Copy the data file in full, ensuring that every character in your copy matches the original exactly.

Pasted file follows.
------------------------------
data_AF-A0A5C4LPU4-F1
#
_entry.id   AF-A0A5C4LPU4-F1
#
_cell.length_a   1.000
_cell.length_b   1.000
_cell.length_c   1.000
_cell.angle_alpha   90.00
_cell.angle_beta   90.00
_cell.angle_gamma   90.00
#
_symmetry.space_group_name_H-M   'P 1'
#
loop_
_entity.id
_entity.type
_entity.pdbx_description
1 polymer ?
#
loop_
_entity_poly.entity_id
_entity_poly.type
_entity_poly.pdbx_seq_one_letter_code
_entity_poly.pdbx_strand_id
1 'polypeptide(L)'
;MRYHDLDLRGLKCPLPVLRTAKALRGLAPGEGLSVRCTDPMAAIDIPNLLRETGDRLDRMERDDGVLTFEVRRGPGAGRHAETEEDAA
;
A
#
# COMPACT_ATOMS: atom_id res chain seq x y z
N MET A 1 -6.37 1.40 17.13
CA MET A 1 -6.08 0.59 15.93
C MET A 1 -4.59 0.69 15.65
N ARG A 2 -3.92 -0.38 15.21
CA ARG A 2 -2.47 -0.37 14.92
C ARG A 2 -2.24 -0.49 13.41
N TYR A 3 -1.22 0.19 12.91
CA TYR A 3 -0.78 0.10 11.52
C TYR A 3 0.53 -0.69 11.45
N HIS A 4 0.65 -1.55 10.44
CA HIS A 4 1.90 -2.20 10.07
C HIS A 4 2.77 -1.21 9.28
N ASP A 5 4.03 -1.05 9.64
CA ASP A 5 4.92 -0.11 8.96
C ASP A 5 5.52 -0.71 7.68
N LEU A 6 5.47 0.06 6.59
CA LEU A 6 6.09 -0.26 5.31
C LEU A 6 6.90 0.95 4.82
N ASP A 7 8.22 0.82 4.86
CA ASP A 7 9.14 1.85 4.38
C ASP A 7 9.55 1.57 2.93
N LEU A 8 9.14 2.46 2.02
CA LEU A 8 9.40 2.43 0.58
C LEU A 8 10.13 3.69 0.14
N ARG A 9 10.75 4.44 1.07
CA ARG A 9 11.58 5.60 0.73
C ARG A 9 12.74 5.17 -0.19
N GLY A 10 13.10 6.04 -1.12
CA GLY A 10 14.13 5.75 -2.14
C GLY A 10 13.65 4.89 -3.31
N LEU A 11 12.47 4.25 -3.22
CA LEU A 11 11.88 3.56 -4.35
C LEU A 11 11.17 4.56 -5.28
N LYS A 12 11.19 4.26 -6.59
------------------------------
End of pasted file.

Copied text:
data_AF-A0A5C4LPU4-F1
#
_entry.id   AF-A0A5C4LPU4-F1
#
_cell.length_a   1.000
_cell.length_b   1.000
_cell.length_c   1.000
_cell.angle_alpha   90.00
_cell.angle_beta   90.00
_cell.angle_gamma   90.00
#
_symmetry.space_group_name_H-M   'P 1'
#
loop_
_entity.id
_entity.type
_entity.pdbx_description
1 polymer ?
#
loop_
_entity_poly.entity_id
_entity_poly.type
_entity_poly.pdbx_seq_one_letter_code
_entity_poly.pdbx_strand_id
1 'polypeptide(L)'
;MRYHDLDLRGLKCPLPVLRTAKALRGLAPGEGLSVRCTDPMAAIDIPNLLRETGDRLDRMERDDGVLTFEVRRGPGAGRHAETEEDAA
;
A
#
# COMPACT_ATOMS: atom_id res chain seq x y z
N MET A 1 -6.37 1.40 17.13
CA MET A 1 -6.08 0.59 15.93
C MET A 1 -4.59 0.69 15.65
N ARG A 2 -3.92 -0.38 15.21
CA ARG A 2 -2.47 -0.37 14.92
C ARG A 2 -2.24 -0.49 13.41
N TYR A 3 -1.22 0.19 12.91
CA TYR A 3 -0.78 0.10 11.52
C TYR A 3 0.53 -0.69 11.45
N HIS A 4 0.65 -1.55 10.44
CA HIS A 4 1.90 -2.20 10.07
C HIS A 4 2.77 -1.21 9.28
N ASP A 5 4.03 -1.05 9.64
CA ASP A 5 4.92 -0.11 8.96
C ASP A 5 5.52 -0.71 7.68
N LEU A 6 5.47 0.06 6.59
CA LEU A 6 6.09 -0.26 5.31
C LEU A 6 6.90 0.95 4.82
N ASP A 7 8.22 0.82 4.86
CA ASP A 7 9.14 1.85 4.38
C ASP A 7 9.55 1.57 2.93
N LEU A 8 9.14 2.46 2.02
CA LEU A 8 9.40 2.43 0.58
C LEU A 8 10.13 3.69 0.14
N ARG A 9 10.75 4.44 1.07
CA ARG A 9 11.58 5.60 0.73
C ARG A 9 12.74 5.17 -0.19
N GLY A 10 13.10 6.04 -1.12
CA GLY A 10 14.13 5.75 -2.14
C GLY A 10 13.65 4.89 -3.31
N LEU A 11 12.47 4.25 -3.22
CA LEU A 11 11.88 3.56 -4.35
C LEU A 11 11.17 4.56 -5.28
N LYS A 12 11.19 4.26 -6.59